Emerald Ash Borer Confirmed in Western York County, Maine

September 12, 2018

For more information, contact: John Bott at (207) 287-3156

Discovery of this highly destructive insect in southern Maine is bad news

AUGUSTA - State officials at the Maine Department of Agriculture, Conservation and Forestry today announced that entomologists have confirmed the presence of emerald ash borer (EAB) in western York County, Maine. This alarming new development follows a spring discovery in northern Aroostook County.

The emerald ash borer (EAB) is a highly destructive, introduced pest of forest and ornamental ash trees (Fraxinus spp.). Since its initial detection in southeastern Michigan near Detroit in the summer of 2002 it has spread rapidly. As of August 2018, it has been found in 35 states, and four Canadian provinces including Maine.

Earlier this week, EAB adults were recovered on two purple traps in York County, Maine. One adult beetle was found in both Acton and Lebanon by the USDA-APHIS contractor, Delta 21. Field personnel from the Department of Agriculture, Conservation and Forestry, Maine Forest Service are currently conducting ground surveys in the area to follow up on the trap detections.

In late May 2018, an established EAB infestation was detected in Edmundston, New Brunswick, Canada. Subsequent surveys in Maine detected lightly-infested ash trees in Madawaska adjacent to the Frenchville town line. In early August EAB was found on purple traps in the town of Grand Isle, ME. The MFS implemented a stop movement order on ash from the towns of Frenchville, Grand Isle and Madawaska on August 10th, 2018. This order will be amended to include affected towns in York County once the initial follow up survey is conducted.

Ash trees infested with EAB may die within two to three years. Since its arrival in North America, EAB has killed hundreds of millions of ash trees in infested states and provinces, and has cost municipalities, property owners, nursery operators and forest products industries hundreds of millions of dollars.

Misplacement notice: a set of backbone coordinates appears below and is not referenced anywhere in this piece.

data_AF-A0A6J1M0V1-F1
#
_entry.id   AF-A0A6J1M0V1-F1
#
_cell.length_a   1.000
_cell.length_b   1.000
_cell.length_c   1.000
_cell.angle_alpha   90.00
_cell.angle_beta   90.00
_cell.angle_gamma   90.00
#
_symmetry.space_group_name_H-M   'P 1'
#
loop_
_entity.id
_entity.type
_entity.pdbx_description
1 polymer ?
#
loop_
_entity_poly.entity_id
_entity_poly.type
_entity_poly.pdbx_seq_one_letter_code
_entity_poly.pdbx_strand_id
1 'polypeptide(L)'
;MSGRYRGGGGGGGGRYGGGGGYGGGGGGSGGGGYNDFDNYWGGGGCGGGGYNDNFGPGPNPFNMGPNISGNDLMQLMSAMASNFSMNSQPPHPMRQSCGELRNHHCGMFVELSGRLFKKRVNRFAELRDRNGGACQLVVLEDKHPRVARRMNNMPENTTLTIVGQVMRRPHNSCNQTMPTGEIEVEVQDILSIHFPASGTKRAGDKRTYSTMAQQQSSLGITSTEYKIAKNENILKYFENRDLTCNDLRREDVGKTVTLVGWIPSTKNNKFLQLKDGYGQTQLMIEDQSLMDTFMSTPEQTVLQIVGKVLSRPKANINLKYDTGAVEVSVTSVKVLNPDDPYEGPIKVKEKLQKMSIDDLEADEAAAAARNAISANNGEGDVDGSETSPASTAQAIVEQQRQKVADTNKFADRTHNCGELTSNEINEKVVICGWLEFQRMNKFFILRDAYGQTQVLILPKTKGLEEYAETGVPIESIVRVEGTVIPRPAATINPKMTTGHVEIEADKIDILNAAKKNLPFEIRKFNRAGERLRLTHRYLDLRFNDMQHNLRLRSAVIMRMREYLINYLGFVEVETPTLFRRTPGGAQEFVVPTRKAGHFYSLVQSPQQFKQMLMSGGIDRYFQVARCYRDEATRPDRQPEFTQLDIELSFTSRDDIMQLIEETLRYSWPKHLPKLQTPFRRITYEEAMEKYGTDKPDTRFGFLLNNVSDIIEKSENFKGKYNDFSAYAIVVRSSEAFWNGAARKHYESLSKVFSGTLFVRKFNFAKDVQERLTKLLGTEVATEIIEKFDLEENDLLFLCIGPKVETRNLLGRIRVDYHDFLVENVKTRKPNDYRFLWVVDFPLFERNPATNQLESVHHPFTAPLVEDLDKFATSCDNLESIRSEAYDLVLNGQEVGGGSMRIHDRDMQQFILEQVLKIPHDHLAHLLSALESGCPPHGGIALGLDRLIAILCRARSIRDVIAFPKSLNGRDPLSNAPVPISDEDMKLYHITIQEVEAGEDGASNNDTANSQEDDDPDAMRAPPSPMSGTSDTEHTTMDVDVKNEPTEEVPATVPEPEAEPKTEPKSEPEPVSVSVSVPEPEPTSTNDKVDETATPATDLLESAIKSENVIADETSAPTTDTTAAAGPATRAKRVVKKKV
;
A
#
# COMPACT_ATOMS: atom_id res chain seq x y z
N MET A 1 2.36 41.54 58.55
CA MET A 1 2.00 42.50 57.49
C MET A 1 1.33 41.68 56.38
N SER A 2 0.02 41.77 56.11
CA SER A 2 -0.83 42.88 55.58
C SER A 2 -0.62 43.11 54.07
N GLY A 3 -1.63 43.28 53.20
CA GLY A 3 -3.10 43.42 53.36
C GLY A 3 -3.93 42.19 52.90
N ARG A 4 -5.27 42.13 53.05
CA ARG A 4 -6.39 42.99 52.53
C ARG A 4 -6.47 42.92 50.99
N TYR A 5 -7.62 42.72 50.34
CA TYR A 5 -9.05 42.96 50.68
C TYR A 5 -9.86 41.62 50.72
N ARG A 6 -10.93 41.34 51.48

Ash trees comprise four percent of Maine's hardwood forest, are a valuable timber species, and are also an important street tree. EAB threatens all species of ash trees (but not mountain-ash, Sorbus spp.) and will have significant ecological and economic impacts on the state. There are no practical means to control EAB in forested areas, though pesticide treatments can protect individual trees.

A public meeting will be held in York County in the near future, details to be announced shortly. More information on this pest in Maine can be found at http://www.maine.gov/eab

STAY INFORMED Parties interested in receiving updates regarding EAB in Maine can subscribe to the Department's electronic bulletin list "Emerald Ash Borer (EAB)." Subscriptions are available through e-mail or text message (SMS): https://public.govdelivery.com/accounts/MEDACF/subscriber/new

Department of Agriculture, Conservation and Forestry Contacts:

  • Allison Kanoti, Acting State Entomologist, Maine Forest Service, allison.m.kanoti@maine.gov, (207) 827-1813 or
  • Gary Fish, State Horticulturist, State Plant Regulatory Official, Plant Health, gary.fish@maine.gov, (207) 287-7545

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